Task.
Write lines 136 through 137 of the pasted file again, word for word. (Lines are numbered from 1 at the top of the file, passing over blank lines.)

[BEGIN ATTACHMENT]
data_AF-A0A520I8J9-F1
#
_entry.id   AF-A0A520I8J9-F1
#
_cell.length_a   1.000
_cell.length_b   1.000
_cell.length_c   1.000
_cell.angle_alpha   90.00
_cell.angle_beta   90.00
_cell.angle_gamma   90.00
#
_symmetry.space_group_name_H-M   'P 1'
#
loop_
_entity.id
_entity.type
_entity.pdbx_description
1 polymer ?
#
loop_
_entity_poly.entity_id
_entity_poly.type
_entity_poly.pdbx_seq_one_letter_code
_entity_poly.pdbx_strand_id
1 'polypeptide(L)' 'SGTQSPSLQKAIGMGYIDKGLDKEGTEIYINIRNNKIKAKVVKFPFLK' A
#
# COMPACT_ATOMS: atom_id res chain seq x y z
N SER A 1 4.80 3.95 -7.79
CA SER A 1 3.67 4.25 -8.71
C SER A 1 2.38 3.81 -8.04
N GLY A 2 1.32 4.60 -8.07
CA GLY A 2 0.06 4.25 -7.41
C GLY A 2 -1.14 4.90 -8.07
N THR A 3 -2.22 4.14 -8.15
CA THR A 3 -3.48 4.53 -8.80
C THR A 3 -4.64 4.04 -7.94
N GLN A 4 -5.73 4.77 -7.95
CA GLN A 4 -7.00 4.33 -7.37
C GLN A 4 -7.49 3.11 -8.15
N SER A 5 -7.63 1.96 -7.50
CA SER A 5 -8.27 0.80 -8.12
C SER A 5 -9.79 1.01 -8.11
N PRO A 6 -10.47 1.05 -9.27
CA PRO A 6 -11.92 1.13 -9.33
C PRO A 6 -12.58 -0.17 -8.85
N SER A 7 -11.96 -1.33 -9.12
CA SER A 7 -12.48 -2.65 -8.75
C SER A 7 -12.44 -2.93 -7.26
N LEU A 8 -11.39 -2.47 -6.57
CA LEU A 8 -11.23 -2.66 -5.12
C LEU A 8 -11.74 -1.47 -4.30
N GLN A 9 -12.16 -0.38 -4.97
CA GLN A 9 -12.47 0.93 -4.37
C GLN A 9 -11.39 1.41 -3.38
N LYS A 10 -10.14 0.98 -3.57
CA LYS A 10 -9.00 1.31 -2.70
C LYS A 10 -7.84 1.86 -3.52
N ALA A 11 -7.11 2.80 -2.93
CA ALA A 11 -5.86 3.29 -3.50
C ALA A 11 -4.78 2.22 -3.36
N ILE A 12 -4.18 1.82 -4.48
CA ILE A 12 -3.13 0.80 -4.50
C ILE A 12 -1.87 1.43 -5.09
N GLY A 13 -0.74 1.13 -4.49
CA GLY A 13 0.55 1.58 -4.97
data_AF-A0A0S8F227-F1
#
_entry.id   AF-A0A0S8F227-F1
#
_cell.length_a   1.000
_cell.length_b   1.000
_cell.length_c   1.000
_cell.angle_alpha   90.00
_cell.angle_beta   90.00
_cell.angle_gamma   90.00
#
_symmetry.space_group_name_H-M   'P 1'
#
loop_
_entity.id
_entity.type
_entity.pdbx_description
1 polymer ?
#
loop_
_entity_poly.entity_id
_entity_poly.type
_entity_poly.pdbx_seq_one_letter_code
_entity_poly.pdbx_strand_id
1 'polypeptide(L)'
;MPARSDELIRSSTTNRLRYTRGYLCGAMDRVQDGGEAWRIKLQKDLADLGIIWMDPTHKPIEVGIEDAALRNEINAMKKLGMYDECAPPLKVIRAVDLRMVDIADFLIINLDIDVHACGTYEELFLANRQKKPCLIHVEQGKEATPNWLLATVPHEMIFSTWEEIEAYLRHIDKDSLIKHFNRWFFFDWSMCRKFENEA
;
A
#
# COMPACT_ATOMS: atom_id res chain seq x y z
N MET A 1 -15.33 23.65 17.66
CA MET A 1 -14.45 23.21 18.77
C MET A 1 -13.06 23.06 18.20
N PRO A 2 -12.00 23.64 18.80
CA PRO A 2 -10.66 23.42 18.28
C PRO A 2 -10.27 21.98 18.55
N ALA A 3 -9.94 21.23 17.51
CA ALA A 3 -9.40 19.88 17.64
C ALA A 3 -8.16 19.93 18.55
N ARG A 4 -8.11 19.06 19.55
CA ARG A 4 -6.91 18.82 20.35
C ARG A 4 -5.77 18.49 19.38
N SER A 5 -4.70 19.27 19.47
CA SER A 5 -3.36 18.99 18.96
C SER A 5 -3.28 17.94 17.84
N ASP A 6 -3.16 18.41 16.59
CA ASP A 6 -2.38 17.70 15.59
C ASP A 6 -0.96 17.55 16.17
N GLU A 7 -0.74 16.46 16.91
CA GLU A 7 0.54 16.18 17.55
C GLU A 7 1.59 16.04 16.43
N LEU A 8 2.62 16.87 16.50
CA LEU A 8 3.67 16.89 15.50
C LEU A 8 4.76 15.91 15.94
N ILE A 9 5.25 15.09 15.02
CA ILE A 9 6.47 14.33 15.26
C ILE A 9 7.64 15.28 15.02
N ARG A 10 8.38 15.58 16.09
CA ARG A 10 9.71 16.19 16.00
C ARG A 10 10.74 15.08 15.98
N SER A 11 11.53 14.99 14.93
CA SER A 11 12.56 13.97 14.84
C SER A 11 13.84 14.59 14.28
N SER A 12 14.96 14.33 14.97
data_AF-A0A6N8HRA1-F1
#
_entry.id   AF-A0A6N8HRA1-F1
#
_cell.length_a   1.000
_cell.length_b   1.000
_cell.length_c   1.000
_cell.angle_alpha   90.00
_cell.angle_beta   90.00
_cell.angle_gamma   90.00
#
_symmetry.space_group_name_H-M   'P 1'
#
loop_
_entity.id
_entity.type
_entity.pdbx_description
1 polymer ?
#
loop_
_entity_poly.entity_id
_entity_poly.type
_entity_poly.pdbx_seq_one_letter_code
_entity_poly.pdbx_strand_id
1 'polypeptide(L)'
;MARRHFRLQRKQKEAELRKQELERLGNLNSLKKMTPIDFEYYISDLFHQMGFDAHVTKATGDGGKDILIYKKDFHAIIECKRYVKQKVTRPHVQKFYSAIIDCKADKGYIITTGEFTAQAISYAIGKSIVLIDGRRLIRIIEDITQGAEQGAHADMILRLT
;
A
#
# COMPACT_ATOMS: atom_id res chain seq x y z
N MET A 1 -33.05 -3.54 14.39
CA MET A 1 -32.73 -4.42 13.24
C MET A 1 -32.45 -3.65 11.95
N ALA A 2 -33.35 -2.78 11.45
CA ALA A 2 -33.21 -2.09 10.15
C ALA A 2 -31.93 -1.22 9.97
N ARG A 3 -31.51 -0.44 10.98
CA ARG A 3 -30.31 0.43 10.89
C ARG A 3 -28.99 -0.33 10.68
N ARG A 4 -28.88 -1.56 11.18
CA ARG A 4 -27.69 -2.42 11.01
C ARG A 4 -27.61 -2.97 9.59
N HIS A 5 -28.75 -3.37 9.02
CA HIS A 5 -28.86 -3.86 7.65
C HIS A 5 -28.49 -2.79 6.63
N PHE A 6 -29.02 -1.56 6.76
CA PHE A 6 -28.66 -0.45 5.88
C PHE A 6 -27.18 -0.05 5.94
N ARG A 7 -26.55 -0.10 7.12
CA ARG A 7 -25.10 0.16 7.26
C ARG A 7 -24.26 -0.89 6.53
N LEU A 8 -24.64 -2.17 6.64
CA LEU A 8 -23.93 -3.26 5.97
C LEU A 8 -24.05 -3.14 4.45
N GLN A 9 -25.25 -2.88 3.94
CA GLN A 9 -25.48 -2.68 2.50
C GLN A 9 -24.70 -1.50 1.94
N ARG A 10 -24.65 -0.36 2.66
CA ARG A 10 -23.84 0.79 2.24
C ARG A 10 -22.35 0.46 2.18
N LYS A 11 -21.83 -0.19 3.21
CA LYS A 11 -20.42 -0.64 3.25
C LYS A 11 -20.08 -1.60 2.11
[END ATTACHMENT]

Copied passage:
_cell.length_c   1.000
_cell.angle_alpha   90.00